Traditionally, the Washoe were fishers, hunters of small mammals, and gatherers of pine nuts, acorns, and various roots and berries. They depended on deer and antelope for food, for clothing, and for hides to cover their cone-shaped dwellings. They were especially noted for their superb basketry.
Their coiled baskets were made like the Miwok and Maidu of California. The twined baskets were made like the other Great Basin (Nevada) tribes. For fishing, the Washoe used spears, hook and line, nets, traps, and weirs. For hunting, they had bows and arrows, and stone knives.
Under the Indian Reorganization Act, between 1938 and 1940, the Washoe acquired 95 acres in the Carson Valley that became known as Washoe Ranch. Finally, the Washoe had agricultural land where they could raise animals and food.
The Washoe gathered pine nuts and acorns where available, but trade was an important and necessary activity to procure enough acorn. Pine nut soup and acorn biscuits were, and are, prized native foods.
Most of what they ate was nuts, seeds, berries and roots, along with some fish and small animals. Their clothing was also basic being made from rabbit or other small creature’s fur tied with sagebrush. Their weapons had developed from those of their ancestors and included bows and arrows, stone knives and spears.
Today. Approximately 1500 enrolled members of the Washoe Tribe of Nevada and California live on “Colonies,” tribal lands scattered in the Reno, Carson Valley, and Gardnerville areas of Nevada and in Woodfords, California. Tribal headquarters are in Gardnerville and Stewart Indian School.
Ellensburg, Washington, U.S. Washoe (c. September 1965 – October 30, 2007) was a female common chimpanzee who was the first non-human to learn to communicate using American Sign Language (ASL) as part of an animal research experiment on animal language acquisition.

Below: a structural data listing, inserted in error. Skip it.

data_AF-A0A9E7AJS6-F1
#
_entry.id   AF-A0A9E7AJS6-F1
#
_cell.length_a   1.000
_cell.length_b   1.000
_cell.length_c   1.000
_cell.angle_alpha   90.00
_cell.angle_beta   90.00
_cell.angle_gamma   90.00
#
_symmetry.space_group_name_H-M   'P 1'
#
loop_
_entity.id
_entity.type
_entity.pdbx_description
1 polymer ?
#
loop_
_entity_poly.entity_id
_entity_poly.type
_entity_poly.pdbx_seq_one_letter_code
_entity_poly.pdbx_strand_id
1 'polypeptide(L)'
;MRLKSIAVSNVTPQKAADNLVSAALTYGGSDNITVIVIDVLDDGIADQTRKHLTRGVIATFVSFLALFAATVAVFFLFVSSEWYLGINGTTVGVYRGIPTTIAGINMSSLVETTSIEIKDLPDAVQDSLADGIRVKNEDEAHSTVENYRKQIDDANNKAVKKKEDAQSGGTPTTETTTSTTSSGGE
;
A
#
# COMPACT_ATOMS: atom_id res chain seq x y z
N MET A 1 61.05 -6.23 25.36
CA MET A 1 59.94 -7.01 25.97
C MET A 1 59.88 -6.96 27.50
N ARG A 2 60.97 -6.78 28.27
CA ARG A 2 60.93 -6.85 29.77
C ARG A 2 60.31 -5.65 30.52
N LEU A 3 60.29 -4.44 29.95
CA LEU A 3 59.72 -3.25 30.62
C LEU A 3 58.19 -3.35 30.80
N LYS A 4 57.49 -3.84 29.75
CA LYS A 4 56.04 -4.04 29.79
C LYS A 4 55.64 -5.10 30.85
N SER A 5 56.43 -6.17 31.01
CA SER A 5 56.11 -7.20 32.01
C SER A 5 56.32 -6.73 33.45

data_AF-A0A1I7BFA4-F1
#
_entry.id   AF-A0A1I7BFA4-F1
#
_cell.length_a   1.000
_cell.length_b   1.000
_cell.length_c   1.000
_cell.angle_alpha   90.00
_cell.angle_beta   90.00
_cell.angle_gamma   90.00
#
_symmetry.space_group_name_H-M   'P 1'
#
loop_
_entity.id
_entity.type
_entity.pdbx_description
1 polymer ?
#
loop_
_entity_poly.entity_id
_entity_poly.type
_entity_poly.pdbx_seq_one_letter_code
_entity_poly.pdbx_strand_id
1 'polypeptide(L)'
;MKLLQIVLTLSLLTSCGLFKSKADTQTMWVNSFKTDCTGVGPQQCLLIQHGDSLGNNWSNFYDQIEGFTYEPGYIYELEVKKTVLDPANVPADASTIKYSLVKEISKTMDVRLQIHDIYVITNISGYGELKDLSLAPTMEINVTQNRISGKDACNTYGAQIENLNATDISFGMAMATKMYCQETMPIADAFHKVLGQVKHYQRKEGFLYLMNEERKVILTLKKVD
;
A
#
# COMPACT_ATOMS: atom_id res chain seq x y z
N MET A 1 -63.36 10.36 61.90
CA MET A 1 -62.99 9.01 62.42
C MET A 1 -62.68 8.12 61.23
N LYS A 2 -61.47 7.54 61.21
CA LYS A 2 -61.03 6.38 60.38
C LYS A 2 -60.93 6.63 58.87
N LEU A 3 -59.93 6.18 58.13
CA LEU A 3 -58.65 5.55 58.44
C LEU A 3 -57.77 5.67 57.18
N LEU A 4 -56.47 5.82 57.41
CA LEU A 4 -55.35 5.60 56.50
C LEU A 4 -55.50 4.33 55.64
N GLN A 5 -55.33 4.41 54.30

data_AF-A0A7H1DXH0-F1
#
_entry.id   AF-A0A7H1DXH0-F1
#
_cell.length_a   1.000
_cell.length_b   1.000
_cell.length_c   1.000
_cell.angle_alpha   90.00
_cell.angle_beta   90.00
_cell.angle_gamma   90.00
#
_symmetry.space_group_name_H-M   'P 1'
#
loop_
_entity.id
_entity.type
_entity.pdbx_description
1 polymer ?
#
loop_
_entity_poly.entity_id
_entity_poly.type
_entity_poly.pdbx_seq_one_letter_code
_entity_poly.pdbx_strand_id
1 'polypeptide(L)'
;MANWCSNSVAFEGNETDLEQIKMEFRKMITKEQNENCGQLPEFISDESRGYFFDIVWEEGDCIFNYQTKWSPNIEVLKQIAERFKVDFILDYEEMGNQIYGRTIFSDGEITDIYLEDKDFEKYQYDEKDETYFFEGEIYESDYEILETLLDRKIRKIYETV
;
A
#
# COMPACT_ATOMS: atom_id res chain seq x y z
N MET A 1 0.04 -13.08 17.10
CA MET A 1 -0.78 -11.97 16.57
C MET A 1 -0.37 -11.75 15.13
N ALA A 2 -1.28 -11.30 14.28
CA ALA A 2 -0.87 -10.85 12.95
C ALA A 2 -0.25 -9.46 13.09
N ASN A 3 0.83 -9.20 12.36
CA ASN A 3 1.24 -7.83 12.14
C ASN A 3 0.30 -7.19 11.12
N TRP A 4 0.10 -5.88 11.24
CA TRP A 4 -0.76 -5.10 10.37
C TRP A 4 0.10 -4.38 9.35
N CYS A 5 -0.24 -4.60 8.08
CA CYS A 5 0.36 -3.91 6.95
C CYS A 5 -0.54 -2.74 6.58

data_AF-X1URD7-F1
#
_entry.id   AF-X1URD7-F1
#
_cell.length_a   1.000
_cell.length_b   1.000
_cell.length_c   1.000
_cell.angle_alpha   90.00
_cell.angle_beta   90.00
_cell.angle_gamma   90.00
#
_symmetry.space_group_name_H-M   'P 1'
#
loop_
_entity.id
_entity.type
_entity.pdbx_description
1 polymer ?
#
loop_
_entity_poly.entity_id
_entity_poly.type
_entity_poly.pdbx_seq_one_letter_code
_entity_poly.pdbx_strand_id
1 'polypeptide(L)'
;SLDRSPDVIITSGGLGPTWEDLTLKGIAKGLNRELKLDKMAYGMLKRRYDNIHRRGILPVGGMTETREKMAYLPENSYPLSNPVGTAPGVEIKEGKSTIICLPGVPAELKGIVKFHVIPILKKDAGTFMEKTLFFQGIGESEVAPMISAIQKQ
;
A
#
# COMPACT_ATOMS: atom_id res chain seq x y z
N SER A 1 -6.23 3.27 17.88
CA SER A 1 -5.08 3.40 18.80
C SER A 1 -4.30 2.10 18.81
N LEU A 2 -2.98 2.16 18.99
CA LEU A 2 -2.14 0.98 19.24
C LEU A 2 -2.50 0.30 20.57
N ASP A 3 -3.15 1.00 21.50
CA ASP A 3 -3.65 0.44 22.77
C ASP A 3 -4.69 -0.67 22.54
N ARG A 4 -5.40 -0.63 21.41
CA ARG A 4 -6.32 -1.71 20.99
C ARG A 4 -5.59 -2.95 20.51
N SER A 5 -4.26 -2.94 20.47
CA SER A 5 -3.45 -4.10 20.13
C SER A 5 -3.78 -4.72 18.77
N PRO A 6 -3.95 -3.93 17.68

A breechcloth is a long rectangular piece of tanned deerskin, cloth, or animal fur. It is worn between the legs and tucked over a belt, so that the flaps fall down in front and behind. In some tribes, the breechcloth loops outside of the belt and then is tucked into the inside, for a more fitted look.
Washo People The name “Washoe” is derived from the autonym waashiw (wa·šiw) meaning ” people from here ” in the Washo language (transliterated in older literature as Wa She Shu (Wašišiw) the plural form of wašiw). Washoe people have lived in the Great Basin for at least the last 6,000 years.
Native Americans tried to help the starving Donner Party, research shows. As his men struggled through deep snow, he wrote, three natives were seen, “circling around us on snow-shoes and skimming along like birds.” The tribesmen returned later with an offering of pine nuts.
Subsistence and Commercial Activities. Washoe aboriginal economy was based on hunting, fishing, and gathering. The environment provided an abundance of large and small game, fish in the lakes and streams, and seeds and other plant products requiring a highly skilled pattern of seasonal exploitation over the year.
The Washoe: The word Tahoe is a mispronunciation of the Washoe word for “the lake” (Da ow). When the snows melted in spring, the Washoe gathered at Lake Tahoe’s edge (Da ow aga), where they blessed the water and themselves, a tradition continuing today.
Washoe people have lived in the Great Basin and the eastern Sierra Nevada mountains for at least the last 6,000 years, some say up to 9,000 years.
Natives foraged for Pinon nuts, cacti (saguaro, prickly pear, cholla), century plant, screwbeans, mesquite beans, agaves or mescals, insects, acorns, berries, and seeds and hunted turkeys, deer, rabbits, fish (slat water varieties for those who lived by the Gulf of California) and antelope (some Apaches did not eat
The rich animal and plant life provided native people with all that they needed: Women gathered wild root vegetables, seeds, nuts, and berries, while men hunted big game including buffalo, deer, and bighorn sheep, as well as smaller prey like rabbits, waterfowl, and sage grouse.